• Managers and coworkers. Team composition matters. Effective managerial skills, for instance, have a big impact on employee success. 
  • Workers’ careers, career path, and career prospects. If the employee’s career is a good fit, then they will be more supportive of the organization. Their career prospects will also impact their engagement and productivity. Workers will be more satisfied when they have access to promotional opportunities and career development opportunities, for instance.
  • The organization’s mission and values. An organization should be aligned with its mission. And employees should also feel that they are aligned with that mission. When workers’ values and organizational values are in sync, employees will be much more motivated and productive.

Depending on who you ask, the business environment can include a number of these variables – such as the physical work environment, culture, and climate.

However, it is only one part of the employee experience.

To improve employee output, businesses should look beyond the business environment.

They should start instead with the employee experience.

How to Improve the Employee Experience

Here are a few ways to improve the employee experience and the business environment:

  • Better tools and technology. Quality tools and technology can dramatically improve worker performance. It also affects morale – low-quality tools, for instance, erode productivity, morale, and efficiency.
  • The right skills. If employees don’t have the right skills, they won’t operate at full productivity. Good employee training is a must. On the one hand, they will be more productive in the workplace. Also, though, they’ll be more likely to stay with companies that support their career aims.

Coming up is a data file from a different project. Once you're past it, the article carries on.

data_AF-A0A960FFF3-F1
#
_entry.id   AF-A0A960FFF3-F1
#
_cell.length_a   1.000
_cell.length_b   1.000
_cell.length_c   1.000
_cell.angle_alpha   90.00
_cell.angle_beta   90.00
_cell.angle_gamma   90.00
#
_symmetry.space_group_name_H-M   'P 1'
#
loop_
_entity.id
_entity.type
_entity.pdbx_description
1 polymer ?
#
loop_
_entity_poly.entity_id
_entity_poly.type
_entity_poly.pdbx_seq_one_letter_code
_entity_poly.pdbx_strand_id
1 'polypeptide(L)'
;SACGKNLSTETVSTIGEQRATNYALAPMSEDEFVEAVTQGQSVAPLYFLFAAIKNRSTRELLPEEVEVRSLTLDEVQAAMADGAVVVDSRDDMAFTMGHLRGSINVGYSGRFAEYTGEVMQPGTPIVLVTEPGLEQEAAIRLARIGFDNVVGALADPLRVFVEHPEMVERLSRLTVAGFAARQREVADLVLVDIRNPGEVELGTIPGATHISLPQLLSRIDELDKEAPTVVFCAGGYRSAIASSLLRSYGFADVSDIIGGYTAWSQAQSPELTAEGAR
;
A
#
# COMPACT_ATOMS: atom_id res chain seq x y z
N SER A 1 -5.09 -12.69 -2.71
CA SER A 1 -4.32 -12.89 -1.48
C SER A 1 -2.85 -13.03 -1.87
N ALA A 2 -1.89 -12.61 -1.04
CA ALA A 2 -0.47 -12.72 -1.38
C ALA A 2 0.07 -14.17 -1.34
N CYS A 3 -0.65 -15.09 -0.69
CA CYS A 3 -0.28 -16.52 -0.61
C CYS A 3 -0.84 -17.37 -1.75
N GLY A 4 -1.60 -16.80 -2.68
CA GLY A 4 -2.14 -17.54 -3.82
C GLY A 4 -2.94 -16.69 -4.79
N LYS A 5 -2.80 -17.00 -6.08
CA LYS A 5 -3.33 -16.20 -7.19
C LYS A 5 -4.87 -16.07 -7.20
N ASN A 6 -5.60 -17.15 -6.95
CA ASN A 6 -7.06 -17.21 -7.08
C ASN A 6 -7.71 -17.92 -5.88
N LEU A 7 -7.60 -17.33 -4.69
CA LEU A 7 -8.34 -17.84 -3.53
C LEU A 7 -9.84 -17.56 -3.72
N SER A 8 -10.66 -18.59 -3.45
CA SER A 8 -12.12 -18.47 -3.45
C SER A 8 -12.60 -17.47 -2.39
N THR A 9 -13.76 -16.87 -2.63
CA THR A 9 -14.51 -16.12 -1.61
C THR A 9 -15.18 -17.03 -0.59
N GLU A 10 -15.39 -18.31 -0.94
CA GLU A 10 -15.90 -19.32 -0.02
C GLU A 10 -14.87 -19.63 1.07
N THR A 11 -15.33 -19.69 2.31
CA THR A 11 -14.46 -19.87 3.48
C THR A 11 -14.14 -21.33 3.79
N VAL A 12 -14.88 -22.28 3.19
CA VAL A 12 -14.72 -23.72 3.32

• Good management. A number of studies point to poor management as a problem in the workplace. Gallup, for instance, says that only 20% of employees say their performance is managed in a way that motivates them to do outstanding work.
  • Fulfilling, meaningful work. Everyone wants to gain meaning from their job. And employers can help workers find meaning in a few ways. Career development and skills training, as mentioned, can help. Improving alignment between an individual’s job and the corporate mission, as mentioned, is another.
  • Well-being programs. Well-being programs – or corporate wellness programs – help improve employee health, both physically and emotionally. These programs can lower stress, decrease healthcare costs, improve productivity, and more.

Change managers, HR professionals, and business leaders should all work together to examine the potential ROI of employee experience improvements.

Great employee experiences, after all, positively affect worker metrics and an organization’s bottom line.

Chris is the Lead Author & Editor of Change Blog. Chris established the Change blog to create a source for news and discussion about some of the issues, challenges, news, and ideas relating to Change Management.